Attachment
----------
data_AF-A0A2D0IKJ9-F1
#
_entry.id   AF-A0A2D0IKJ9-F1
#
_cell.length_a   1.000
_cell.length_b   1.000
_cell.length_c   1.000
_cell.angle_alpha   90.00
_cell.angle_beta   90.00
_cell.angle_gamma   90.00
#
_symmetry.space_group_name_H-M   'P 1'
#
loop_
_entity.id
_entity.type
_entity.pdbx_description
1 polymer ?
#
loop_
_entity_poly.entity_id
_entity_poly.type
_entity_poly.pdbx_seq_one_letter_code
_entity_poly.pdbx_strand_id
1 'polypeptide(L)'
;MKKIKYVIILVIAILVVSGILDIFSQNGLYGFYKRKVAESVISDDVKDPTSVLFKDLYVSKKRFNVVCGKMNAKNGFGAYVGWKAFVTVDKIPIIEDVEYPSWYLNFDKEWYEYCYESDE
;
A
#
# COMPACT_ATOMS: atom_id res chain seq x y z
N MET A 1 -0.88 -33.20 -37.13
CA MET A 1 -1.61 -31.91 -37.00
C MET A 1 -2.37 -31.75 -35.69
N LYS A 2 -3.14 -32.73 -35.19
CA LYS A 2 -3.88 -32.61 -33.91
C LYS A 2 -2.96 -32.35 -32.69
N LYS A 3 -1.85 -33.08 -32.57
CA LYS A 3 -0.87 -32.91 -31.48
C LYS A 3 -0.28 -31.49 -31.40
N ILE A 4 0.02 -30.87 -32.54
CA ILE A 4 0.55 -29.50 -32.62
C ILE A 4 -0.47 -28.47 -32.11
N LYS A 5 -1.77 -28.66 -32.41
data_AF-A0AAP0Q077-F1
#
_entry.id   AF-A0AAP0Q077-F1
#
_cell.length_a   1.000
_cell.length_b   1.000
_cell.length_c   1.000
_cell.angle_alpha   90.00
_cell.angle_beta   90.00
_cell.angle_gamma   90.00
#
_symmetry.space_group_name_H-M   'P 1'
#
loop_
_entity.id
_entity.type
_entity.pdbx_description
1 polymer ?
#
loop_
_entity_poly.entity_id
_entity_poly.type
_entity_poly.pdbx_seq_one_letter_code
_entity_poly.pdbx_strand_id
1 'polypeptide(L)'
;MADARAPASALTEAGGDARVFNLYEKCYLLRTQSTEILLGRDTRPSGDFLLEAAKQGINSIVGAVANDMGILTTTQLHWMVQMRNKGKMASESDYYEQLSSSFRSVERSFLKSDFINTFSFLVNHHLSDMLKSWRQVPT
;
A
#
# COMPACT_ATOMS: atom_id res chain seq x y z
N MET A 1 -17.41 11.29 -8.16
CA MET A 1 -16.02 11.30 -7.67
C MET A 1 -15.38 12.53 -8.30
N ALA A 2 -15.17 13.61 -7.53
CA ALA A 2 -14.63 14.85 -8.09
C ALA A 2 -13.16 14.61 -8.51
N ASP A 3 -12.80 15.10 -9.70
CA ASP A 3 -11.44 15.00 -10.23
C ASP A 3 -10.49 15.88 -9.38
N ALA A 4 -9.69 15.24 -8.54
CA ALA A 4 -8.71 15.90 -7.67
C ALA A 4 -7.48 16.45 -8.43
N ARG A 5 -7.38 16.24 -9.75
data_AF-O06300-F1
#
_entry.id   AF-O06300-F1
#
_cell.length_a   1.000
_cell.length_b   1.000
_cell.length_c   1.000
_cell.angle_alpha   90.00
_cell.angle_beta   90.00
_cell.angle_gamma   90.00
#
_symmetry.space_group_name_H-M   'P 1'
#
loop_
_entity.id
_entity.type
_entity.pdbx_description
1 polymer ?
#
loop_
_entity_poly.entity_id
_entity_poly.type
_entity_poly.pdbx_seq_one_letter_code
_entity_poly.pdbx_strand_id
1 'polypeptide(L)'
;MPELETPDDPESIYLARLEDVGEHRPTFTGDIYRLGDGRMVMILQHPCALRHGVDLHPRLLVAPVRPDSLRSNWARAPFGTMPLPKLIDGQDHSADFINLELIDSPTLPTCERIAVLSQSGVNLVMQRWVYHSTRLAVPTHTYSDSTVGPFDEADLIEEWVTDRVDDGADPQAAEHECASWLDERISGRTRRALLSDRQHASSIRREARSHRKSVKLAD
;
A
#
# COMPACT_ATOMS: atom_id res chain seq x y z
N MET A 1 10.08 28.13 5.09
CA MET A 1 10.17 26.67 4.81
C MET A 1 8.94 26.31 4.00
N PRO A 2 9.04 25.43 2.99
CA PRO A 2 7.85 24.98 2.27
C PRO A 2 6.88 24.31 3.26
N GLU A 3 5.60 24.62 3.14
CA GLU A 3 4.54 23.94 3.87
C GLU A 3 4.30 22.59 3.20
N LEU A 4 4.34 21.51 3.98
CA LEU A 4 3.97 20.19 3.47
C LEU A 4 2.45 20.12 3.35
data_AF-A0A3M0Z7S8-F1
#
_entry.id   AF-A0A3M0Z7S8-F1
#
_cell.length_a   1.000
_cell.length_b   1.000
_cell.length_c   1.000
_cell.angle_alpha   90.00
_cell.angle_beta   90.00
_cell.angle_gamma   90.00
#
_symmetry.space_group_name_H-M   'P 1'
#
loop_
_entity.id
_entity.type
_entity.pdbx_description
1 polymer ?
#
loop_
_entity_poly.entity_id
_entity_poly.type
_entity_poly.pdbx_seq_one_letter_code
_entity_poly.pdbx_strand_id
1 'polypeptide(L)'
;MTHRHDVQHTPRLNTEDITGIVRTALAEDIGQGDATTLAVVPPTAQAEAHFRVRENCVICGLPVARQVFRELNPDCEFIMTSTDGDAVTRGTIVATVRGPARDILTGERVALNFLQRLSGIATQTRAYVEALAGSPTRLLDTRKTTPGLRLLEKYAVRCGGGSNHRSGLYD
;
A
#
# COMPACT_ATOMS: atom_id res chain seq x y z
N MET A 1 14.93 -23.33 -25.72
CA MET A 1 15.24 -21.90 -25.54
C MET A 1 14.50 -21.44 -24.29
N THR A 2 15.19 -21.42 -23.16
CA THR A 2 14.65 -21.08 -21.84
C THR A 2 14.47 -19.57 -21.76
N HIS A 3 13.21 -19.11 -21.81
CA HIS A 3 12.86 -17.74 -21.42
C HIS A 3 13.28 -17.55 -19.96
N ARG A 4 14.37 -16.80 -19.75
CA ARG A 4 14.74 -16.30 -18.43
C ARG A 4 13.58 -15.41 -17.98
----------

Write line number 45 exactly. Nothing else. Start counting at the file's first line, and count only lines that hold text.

#